Christ’s first coming has come and gone, and this is the time of year that we celebrate that event. But Christ’s first coming is only half of the story. The redemption of our souls is complete, but the restoration of the world? Well, we’re still waiting. And sometimes it is very hard to wait. When a family stands around an ICU bed, or a grave, especially at this time of year, my heart aches.

And yet, this this time of year gives me hope. If the prophecies of Christ first coming have been perfectly fulfilled, then the prophecies of a peace-filled world where even the lion and the lamb will lie down together will also be fulfilled. If God was faithful to accomplish our salvation, then he will be faithful until He recreates a perfect world. And if He sustained His people through all of the Old Testament, He can sustain me until He comes again.

When God Keeps Giving You Gifts That You Don’t Want

I’m sure we’ve all felt the disappointment. Christmas morning comes, and you tear into that alluring package, and instead of what you wanted and expected, there is something entirely different. Something out of the ordinary, and something that never would have made your Christmas list in a million years. Maybe you thought it, or maybe you said it out loud.

What am I supposed to do with this?

And then one day it’s not your great-aunt Susan’s gift that you’re unwrapping. It’s the gift from the King of Kings, the Creator of the stars, your truest and best Father. Surely it could be nothing less that absolutely glorious. And then the dim light falls on it. You bite your lip, biting back the words, but they echo in the silence anyway.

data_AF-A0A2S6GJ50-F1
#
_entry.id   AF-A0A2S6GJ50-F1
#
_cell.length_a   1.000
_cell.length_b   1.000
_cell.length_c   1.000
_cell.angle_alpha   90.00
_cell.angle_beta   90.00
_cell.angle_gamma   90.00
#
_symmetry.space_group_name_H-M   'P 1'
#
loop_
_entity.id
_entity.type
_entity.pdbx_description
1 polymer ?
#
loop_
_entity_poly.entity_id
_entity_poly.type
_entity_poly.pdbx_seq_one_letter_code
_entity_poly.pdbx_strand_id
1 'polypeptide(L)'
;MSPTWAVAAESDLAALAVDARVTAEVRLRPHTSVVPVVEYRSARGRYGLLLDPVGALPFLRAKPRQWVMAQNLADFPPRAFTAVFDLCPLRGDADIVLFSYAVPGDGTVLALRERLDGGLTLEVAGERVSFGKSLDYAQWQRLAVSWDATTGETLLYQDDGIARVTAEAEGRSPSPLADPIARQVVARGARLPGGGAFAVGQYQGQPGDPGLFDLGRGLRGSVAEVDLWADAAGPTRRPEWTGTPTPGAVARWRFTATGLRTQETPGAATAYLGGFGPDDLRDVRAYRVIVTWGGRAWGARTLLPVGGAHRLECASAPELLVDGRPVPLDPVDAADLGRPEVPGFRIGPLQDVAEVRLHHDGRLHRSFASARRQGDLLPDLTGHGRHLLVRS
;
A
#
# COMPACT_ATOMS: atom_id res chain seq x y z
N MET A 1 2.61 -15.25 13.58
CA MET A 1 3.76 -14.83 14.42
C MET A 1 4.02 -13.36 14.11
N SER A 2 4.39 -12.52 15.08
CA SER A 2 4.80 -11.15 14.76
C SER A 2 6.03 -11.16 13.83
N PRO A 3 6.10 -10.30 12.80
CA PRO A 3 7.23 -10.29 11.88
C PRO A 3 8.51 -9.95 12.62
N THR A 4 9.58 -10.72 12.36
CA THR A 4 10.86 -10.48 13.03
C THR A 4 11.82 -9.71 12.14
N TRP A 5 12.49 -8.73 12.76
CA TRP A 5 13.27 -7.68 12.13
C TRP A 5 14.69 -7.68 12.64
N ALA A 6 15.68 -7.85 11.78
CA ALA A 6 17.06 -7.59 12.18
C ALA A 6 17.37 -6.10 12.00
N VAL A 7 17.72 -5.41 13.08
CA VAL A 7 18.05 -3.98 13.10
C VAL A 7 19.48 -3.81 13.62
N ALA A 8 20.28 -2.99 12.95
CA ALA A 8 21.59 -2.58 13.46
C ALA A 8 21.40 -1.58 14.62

What am I supposed to do with this?

God’s given me a lot of gifts that I haven’t wanted over the past few years. The gift of living with someone struggling with depression, the gift of rejection from my closest friends, the gift of loneliness, the gift of a less than charismatic personality, and now, today, the gift of rejection from an opportunity I thought was perfect. Could I have the receipt with that? I’m probably going to want to return it. But there is no return policy, unless you want to run away from God’s will, which is even more scary than these gifts are painful.

And then I remember this other gift God gave me, about two thousand years ago, that didn’t really look like much. An impoverished mother giving birth to her son in a place borrowed from the animals. Not what I would have expected from the God who owns everything. But it turns out that it was the greatest gift a loving Father could have imagined.

So I’ll say thank you, though it kind of breaks my heart, for every one of these unwanted gifts, and I’ll trust that they’ll turn out to be better than they look at first.

People, Not Problems

To anyone who has ever been angry, I know you you feel.

You’re going about your day, and out of nowhere it hits you – some pain, some wrong. Someone hurts you, or maybe worse, someone you love. Your normal gets snatched. And you want to put your fist through a wall, because it’s so wrong, and it hurts so much.

So you find someone to blame. This is usually very easy, and honestly, it helps me feel like I’m back in control. If they are the problem, well, we can legislate problems. We can lock problems away in prison. We can cut problems out of our lives so we never get hurt again. But God didn’t make problems. He made people.